BlackBerry movie film Glenn Howerton Jay Baruchel review

BlackBerry is one of the funniest films of the year

4.5 out of 5 stars

With his latest film, BlackBerry, director Matt Johnson takes a Canadian approach to game-changing innovation. Inspired by a book charting the phone company’s rise and fall, the movie takes place over two decades. Though working with the tropes of “genius at work launches an invention that will change the world,” the cinematic approach undercuts much of the romanticism.

Mike Lazaridis (Jay Baruchel) has cracked the code to invent smartphones, but it’s not without the help of “shark” businessman Jim Balsillie (Glenn Howerton) that the company will take off. Under the tremendous weight of the American capitalist project, BlackBerry takes off by delivering an incredible product and some ingenious marketing. Pressured to compete against the churning, insatiable progress of the USA, they struggle to keep up in a race they were never meant to compete in.

BlackBerry circumvents cheerleader patriotism by highlighting the limits of the Canadian system. The BlackBerry team doesn’t have the same resources or ability to scale as even a minor American telecom; to succeed, it has to appeal to and work directly with the American public and, therefore, the companies that control those markets. Even within Canada, there’s this idea that without the baptism of American acceptance, you’ll never get in the door of a major meeting. Though BlackBerry briefly competes and even beats out the competition, working within Canada — for better and for worse — eventually catches up with them. Where inevitably, in the American version of this narrative (as seen in movies like The Social Network) we are often shown that it’s lonely at the top, those movies (except maybe Citizen Kane) rarely pinpoint that the pursuit itself is corrupted, not just the inevitable endpoint. BlackBerry finds itself questioning the system, which doesn’t breed new innovation as much as it squashes optimism, engages in ethically dubious practices and leads to a world increasingly void of hope and progress. 

BlackBerry movie film Matt Johnson Jay Baruchel review
BlackBerry RIM cast including Jay Baruchel (left) and Matt Johnson (centre)

The against-the-odds narrative, common in American cinema, becomes something greater. It becomes a screed against endless progress, an unsustainable model that dilutes the quality of the products we consume and our values. Director Matt Johnson has gone on record to say he doesn’t care much about the tech industry but sees the film as a parable for Canadian cinema. Read in that way, the movie exposes the English Canadian conundrum that forces you to be yourself and have the world stacked against you; continue to work within the Canadian system that will keep you buried and lead to inevitable, crushing disappointment, or sign on with the Americans, maybe at the expense of your soul. 

The film gets at something about the Canadian identity that few of our movies do. Our inferiority complex is neither charming nor noble but a direct result of being inferior to America in nearly every way. It’s not so much that Canadians are somehow morally “better” than Americans, but in this unequal relationship, we increasingly identify ourselves by what we’re not. Yet, as the film showcases, given the right opportunity, the polite veneer fades away. The so-called Canadian values championed in many other recent films suddenly and “mysteriously” disappear, and they lose their course.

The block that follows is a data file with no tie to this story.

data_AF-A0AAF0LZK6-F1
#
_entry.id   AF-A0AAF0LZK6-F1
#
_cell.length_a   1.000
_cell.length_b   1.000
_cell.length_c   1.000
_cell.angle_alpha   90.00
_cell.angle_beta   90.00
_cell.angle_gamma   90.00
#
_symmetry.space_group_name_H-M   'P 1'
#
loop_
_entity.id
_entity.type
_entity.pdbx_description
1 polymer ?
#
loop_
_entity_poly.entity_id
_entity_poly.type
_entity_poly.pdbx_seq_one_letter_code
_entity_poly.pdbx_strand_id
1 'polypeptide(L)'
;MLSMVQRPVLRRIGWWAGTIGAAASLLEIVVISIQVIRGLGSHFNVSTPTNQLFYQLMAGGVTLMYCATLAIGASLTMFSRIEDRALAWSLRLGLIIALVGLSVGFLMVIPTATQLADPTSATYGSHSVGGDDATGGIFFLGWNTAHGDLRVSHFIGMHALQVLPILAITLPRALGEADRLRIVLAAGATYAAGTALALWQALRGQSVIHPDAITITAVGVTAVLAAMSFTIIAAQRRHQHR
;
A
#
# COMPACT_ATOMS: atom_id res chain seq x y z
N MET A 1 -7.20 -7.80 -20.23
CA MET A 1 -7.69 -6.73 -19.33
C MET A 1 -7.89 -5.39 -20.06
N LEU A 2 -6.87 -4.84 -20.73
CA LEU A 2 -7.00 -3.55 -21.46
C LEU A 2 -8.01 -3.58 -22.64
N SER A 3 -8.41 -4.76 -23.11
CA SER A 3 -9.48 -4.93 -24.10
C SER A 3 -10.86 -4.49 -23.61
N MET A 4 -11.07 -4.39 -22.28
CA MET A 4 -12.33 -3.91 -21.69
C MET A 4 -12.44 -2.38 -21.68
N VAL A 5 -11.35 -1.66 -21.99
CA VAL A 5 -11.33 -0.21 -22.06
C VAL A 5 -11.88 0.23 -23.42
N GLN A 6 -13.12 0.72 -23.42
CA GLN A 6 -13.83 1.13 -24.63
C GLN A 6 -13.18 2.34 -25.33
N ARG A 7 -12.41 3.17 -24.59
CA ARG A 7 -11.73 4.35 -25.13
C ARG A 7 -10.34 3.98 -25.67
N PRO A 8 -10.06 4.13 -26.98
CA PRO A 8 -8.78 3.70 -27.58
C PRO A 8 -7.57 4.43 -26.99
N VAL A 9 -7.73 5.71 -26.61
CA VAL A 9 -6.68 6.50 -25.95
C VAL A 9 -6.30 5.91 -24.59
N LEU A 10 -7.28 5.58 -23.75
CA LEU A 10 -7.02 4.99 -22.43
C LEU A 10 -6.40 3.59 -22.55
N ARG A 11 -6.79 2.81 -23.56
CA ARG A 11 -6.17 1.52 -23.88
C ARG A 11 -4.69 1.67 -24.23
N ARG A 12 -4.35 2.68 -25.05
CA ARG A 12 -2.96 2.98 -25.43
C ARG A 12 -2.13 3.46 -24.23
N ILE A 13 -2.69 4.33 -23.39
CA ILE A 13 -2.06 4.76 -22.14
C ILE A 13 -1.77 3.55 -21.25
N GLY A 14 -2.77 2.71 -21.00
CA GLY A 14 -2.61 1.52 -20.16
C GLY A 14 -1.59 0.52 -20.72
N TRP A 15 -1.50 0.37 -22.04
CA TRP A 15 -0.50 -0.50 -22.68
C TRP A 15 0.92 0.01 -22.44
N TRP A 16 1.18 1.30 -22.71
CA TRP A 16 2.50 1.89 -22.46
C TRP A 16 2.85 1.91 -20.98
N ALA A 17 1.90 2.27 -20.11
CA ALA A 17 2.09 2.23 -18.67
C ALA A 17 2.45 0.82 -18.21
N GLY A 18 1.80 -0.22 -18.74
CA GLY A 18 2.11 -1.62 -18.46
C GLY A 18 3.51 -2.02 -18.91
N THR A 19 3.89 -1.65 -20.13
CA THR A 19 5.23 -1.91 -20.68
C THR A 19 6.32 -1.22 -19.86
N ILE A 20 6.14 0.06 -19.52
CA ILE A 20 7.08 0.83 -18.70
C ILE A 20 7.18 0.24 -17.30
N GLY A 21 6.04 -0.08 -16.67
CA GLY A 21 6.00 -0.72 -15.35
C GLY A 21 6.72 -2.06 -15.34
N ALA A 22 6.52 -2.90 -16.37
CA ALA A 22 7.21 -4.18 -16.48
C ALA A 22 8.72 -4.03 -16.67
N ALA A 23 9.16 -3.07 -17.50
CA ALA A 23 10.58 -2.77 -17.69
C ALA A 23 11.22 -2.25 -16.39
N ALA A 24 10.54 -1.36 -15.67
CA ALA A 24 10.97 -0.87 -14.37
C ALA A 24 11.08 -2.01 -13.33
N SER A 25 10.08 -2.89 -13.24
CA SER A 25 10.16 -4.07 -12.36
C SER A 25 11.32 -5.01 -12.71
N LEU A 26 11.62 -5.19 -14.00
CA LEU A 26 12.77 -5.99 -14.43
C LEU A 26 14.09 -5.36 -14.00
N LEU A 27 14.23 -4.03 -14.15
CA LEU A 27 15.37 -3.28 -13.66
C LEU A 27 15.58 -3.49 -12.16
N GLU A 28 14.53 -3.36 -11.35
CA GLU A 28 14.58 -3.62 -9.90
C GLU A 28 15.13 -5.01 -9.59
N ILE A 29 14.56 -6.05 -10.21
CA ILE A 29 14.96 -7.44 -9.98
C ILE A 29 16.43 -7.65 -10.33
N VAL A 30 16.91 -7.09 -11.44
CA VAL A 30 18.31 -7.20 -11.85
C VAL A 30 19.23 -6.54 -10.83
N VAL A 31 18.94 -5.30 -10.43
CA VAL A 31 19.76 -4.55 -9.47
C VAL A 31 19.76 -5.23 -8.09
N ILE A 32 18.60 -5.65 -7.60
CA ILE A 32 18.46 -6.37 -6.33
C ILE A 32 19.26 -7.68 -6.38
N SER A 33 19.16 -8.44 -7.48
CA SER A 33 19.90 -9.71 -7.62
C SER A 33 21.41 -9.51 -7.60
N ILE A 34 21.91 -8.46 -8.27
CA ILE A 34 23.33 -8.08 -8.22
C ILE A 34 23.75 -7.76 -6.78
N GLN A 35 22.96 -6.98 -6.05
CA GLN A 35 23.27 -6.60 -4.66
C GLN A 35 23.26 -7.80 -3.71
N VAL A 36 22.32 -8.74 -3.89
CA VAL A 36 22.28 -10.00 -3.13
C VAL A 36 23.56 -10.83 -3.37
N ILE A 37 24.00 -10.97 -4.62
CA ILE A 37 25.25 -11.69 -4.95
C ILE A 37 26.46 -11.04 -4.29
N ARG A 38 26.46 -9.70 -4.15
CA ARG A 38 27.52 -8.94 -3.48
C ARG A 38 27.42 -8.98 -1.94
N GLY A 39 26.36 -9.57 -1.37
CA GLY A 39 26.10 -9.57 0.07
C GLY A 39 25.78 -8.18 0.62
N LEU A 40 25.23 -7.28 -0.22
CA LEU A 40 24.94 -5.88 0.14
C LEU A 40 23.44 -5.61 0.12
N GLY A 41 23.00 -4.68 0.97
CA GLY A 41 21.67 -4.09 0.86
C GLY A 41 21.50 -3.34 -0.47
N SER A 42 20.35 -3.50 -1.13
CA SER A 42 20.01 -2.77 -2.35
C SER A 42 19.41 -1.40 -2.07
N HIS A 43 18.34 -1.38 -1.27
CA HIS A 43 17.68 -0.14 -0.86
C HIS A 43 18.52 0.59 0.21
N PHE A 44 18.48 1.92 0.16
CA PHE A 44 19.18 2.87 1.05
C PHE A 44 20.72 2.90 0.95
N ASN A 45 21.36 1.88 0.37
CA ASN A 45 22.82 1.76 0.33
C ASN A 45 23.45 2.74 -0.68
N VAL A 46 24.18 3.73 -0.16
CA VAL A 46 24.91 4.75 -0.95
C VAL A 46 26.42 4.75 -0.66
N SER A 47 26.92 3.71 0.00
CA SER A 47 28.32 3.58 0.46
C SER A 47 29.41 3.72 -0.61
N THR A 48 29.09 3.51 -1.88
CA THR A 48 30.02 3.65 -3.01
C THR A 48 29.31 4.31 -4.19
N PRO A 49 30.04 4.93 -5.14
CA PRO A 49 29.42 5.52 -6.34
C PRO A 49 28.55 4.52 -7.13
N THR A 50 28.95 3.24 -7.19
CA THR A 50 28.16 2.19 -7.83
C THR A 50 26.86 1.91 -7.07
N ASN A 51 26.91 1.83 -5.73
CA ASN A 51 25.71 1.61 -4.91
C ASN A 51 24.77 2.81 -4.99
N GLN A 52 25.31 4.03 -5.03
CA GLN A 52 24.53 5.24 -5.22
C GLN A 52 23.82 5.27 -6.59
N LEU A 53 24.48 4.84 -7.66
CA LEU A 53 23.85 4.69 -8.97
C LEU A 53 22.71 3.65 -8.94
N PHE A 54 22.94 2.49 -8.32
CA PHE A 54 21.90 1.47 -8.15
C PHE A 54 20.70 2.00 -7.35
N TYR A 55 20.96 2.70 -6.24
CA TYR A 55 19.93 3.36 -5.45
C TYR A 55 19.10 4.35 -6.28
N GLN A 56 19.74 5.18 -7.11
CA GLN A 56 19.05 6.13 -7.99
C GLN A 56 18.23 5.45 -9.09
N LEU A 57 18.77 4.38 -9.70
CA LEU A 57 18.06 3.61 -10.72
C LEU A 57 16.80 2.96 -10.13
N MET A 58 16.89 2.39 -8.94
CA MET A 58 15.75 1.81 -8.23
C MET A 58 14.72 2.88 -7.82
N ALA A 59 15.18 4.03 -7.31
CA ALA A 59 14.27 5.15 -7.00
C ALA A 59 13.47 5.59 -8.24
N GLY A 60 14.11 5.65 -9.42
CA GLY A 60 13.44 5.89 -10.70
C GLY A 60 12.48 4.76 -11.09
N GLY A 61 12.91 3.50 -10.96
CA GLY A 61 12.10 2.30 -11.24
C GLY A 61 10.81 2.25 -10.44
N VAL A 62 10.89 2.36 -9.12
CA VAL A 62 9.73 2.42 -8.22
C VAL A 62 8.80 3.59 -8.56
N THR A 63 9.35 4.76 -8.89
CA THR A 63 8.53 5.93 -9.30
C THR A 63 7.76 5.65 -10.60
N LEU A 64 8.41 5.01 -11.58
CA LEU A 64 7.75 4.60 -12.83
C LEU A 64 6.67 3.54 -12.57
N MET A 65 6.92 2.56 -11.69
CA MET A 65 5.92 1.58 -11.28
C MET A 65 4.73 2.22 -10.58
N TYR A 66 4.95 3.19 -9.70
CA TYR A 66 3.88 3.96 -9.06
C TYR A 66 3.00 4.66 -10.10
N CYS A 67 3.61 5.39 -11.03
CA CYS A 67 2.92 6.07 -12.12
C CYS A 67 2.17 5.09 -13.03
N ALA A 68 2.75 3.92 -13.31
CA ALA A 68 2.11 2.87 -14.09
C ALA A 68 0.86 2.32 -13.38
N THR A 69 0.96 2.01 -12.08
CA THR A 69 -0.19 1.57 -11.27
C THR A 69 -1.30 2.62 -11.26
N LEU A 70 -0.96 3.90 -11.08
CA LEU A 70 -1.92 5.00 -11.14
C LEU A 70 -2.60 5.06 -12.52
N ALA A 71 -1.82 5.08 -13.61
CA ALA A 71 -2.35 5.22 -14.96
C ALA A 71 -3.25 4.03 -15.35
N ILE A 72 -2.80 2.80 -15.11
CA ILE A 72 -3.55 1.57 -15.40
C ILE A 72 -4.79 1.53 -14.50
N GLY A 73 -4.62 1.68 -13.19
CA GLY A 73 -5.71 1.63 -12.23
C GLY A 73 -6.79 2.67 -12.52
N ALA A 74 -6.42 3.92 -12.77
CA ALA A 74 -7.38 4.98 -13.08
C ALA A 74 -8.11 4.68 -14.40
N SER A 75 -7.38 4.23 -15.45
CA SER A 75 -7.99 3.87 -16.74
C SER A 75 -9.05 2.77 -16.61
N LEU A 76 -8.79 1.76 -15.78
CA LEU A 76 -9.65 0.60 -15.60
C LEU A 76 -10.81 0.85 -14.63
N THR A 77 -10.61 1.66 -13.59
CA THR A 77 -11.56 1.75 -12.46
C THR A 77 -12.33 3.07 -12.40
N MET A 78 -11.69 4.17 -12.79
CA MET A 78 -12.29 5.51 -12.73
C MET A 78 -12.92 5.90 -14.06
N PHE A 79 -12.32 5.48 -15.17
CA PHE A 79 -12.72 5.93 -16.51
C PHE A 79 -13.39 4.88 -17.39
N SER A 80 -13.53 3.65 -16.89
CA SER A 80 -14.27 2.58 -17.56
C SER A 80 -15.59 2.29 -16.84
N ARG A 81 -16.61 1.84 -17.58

Johnson’s previous films — The Dirties and Operation Avalanche, as well as his TV show, Nirvanna the Band the Show — collapsed the line between fiction and non-fiction. Though more tightly structured than any of those projects, Johnson brings that chaotic energy to the film. Often shot (sometimes illegally) in real locations with semi-real actors, his style encourages improvisation and unpredictability. The tension is palpable. The effect not only serves the story by replicating a kind of “disruptive” synergy touted by the tech industry but undercuts the self-seriousness of many similar narratives, which overemphasize genius at the expense of context. 

A double-header of incredible performances bolsters the film. Jay Baruchel gives a career-best performance as the introverted innovator Mike Lazaridis. Costumed with a grey, then white wig, he evokes a remarkable physical transformation. His character turns inward, like a turtle protected but also burdened by his shell. More than just pantomime, though, the subtle variations of how this persona adjusts to different social and business contexts and inevitably evolves highlight an intelligent and observant man willing to play the part to see his dreams come true. In stark contrast, Glenn Howerton gives a maniacal and intense performance as Jim Balsillie, the self-serving shark who can compete with the Americans. No one in the history of cinema has watched a hockey game on TV with the dead-eyed stare of a serial killer (without actually being one). Rather than clash, the vastly different performance styles only serve and inform one another. 

BlackBerry serves the basic purpose of outlining the story behind the world’s first smartphone, but it excels at telling a bigger story about being a small fish in a large pond. The movie is laugh-out-loud hilarious, but with the kind of sting that burrows deep into your flesh. It’s a movie that avoids easy clichés and questions the narrative of the well-meaning, good-natured Canadian stereotype. ■

BlackBerry (Dir. Matt Johnson)

BlackBerry opened in Montreal theatres on Friday, May 12, and is streaming now in Canada on VOD.

For our latest in film and TV, please visit the Film & TV section.